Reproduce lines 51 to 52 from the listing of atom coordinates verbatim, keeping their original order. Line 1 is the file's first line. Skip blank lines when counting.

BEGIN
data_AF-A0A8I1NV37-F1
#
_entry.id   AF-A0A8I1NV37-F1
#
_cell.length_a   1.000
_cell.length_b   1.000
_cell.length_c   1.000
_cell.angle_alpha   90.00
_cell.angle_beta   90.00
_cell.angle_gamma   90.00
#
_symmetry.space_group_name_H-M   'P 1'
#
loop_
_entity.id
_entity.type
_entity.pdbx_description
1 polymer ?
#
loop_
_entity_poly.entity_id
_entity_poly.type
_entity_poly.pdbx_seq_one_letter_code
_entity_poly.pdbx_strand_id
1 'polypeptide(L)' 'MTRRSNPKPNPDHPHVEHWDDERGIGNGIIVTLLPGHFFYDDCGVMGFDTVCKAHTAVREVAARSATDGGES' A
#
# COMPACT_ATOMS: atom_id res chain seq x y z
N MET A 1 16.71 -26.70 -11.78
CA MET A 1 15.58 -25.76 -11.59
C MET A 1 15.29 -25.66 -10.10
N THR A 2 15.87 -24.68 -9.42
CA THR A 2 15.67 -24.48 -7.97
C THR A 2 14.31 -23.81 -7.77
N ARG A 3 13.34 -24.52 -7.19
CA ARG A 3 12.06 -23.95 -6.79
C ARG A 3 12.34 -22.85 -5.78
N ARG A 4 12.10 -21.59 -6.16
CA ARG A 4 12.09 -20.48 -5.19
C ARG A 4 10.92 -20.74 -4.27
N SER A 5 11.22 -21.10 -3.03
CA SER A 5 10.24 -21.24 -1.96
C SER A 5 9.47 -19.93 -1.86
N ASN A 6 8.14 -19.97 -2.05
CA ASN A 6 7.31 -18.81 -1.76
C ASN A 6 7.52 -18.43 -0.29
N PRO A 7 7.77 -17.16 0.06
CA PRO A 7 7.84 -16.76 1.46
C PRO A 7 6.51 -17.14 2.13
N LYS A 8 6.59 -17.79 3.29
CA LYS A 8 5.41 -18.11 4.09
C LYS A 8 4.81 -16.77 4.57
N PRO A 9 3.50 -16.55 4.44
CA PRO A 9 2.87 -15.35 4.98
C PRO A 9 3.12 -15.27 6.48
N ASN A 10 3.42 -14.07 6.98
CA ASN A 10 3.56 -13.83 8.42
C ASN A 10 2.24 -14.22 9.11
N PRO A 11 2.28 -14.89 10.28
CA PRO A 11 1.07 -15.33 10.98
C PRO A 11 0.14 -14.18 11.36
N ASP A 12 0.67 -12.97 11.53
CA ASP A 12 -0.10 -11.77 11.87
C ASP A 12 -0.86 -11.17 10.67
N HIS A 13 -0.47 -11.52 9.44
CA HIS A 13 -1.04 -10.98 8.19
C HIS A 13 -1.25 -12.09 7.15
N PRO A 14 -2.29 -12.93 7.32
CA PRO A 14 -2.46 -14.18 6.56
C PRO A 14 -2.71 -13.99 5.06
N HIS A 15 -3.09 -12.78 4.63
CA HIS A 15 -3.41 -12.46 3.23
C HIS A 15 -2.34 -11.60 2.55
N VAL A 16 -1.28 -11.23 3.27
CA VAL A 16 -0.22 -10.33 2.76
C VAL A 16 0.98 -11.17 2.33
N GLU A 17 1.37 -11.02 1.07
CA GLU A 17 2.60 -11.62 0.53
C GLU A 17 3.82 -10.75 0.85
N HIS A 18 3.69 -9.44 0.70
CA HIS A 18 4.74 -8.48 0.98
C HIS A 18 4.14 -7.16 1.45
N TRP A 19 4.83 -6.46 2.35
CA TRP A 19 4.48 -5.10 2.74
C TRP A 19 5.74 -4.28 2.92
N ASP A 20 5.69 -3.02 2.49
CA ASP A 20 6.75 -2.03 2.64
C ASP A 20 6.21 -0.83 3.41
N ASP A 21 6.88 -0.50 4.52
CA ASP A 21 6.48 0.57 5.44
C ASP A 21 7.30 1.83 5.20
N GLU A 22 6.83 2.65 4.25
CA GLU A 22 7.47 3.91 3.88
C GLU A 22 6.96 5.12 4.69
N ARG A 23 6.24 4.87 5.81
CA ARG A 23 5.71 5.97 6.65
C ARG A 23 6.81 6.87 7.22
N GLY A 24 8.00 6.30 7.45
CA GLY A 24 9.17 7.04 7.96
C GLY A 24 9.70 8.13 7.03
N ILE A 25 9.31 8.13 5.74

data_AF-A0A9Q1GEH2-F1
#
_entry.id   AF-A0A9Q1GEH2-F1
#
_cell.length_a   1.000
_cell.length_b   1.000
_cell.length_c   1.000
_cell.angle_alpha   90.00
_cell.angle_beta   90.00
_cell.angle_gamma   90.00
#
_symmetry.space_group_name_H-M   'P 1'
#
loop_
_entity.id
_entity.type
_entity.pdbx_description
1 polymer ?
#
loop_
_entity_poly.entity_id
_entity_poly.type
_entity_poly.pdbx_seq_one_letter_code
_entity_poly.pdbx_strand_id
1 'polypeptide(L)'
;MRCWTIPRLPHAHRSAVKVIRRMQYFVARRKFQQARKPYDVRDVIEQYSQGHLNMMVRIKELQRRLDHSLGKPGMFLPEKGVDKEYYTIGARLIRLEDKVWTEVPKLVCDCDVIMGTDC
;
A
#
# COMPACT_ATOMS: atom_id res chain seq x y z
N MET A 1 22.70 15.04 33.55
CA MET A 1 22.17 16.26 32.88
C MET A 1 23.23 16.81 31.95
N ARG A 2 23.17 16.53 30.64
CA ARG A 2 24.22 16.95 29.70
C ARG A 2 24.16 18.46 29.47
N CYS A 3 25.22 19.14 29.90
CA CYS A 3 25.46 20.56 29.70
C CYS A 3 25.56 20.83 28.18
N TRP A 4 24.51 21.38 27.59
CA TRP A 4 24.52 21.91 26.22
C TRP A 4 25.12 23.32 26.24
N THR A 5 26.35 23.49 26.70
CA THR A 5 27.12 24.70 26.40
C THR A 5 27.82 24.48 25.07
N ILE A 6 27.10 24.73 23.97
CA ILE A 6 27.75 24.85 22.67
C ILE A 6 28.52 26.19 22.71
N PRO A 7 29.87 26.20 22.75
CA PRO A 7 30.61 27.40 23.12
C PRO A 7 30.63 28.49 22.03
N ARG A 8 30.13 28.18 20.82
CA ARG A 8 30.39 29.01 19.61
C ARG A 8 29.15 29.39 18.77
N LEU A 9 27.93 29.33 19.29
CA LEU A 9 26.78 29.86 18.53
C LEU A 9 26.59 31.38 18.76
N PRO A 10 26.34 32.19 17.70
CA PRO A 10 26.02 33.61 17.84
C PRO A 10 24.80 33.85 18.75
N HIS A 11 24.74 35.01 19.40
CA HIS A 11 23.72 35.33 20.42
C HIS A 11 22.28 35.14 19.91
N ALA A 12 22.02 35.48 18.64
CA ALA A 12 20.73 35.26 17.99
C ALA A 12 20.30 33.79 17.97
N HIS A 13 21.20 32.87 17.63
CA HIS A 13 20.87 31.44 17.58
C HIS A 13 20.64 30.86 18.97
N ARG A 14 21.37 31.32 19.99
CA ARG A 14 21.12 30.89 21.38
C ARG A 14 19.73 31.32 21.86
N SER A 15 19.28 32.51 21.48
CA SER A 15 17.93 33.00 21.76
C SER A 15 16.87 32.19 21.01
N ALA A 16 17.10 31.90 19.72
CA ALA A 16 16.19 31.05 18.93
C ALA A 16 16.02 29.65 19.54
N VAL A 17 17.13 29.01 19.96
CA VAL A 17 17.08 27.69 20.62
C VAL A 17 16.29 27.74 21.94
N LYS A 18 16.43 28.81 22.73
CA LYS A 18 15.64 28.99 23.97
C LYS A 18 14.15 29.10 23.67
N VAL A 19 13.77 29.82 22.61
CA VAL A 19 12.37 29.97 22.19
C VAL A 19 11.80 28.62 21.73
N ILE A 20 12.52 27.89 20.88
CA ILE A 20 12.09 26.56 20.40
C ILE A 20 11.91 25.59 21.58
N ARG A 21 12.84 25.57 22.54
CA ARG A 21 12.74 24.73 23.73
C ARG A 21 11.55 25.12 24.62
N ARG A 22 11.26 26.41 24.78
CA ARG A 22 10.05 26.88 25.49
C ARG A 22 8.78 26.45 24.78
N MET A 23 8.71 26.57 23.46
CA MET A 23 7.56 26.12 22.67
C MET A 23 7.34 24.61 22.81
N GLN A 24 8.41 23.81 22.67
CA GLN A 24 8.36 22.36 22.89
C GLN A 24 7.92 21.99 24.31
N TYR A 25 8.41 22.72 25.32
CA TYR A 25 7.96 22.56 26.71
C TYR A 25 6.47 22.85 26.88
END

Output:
C LYS A 8 4.81 -16.77 4.57
N PRO A 9 3.50 -16.55 4.44